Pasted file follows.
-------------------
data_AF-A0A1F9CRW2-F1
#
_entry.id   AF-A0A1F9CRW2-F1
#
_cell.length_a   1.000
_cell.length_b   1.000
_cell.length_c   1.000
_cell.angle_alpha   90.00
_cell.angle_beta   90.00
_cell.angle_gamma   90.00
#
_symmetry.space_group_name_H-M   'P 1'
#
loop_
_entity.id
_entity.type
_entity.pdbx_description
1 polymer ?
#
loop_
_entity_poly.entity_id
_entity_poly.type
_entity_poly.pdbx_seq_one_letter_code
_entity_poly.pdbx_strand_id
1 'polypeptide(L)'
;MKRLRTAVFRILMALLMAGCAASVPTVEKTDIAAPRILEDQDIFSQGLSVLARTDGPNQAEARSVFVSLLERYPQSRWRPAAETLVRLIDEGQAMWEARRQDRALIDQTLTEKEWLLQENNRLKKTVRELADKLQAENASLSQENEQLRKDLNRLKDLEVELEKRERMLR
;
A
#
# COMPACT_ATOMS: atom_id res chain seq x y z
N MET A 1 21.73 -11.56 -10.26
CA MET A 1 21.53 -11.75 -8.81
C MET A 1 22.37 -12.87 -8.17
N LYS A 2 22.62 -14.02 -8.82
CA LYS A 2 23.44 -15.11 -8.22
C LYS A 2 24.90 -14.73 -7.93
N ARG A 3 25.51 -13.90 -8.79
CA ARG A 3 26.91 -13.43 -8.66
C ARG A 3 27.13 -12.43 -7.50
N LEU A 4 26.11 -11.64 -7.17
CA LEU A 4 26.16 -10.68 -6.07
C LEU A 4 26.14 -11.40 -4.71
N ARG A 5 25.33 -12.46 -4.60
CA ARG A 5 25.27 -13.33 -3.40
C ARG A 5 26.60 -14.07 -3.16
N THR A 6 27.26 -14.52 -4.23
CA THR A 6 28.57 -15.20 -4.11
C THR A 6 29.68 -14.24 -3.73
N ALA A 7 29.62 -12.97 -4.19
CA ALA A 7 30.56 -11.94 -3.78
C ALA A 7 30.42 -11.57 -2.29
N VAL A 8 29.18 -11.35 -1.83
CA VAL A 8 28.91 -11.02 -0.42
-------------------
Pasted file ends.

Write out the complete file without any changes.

data_AF-A0A1F9CRW2-F1
#
_entry.id   AF-A0A1F9CRW2-F1
#
_cell.length_a   1.000
_cell.length_b   1.000
_cell.length_c   1.000
_cell.angle_alpha   90.00
_cell.angle_beta   90.00
_cell.angle_gamma   90.00
#
_symmetry.space_group_name_H-M   'P 1'
#
loop_
_entity.id
_entity.type
_entity.pdbx_description
1 polymer ?
#
loop_
_entity_poly.entity_id
_entity_poly.type
_entity_poly.pdbx_seq_one_letter_code
_entity_poly.pdbx_strand_id
1 'polypeptide(L)'
;MKRLRTAVFRILMALLMAGCAASVPTVEKTDIAAPRILEDQDIFSQGLSVLARTDGPNQAEARSVFVSLLERYPQSRWRPAAETLVRLIDEGQAMWEARRQDRALIDQTLTEKEWLLQENNRLKKTVRELADKLQAENASLSQENEQLRKDLNRLKDLEVELEKRERMLR
;
A
#
# COMPACT_ATOMS: atom_id res chain seq x y z
N MET A 1 21.73 -11.56 -10.26
CA MET A 1 21.53 -11.75 -8.81
C MET A 1 22.37 -12.87 -8.17
N LYS A 2 22.62 -14.02 -8.82
CA LYS A 2 23.44 -15.11 -8.22
C LYS A 2 24.90 -14.73 -7.93
N ARG A 3 25.51 -13.90 -8.79
CA ARG A 3 26.91 -13.43 -8.66
C ARG A 3 27.13 -12.43 -7.50
N LEU A 4 26.11 -11.64 -7.17
CA LEU A 4 26.16 -10.68 -6.07
C LEU A 4 26.14 -11.40 -4.71
N ARG A 5 25.33 -12.46 -4.60
CA ARG A 5 25.27 -13.33 -3.40
C ARG A 5 26.60 -14.07 -3.16
N THR A 6 27.26 -14.52 -4.23
CA THR A 6 28.57 -15.20 -4.11
C THR A 6 29.68 -14.24 -3.73
N ALA A 7 29.62 -12.97 -4.19
CA ALA A 7 30.56 -11.94 -3.78
C ALA A 7 30.42 -11.57 -2.29
N VAL A 8 29.18 -11.35 -1.83
CA VAL A 8 28.91 -11.02 -0.42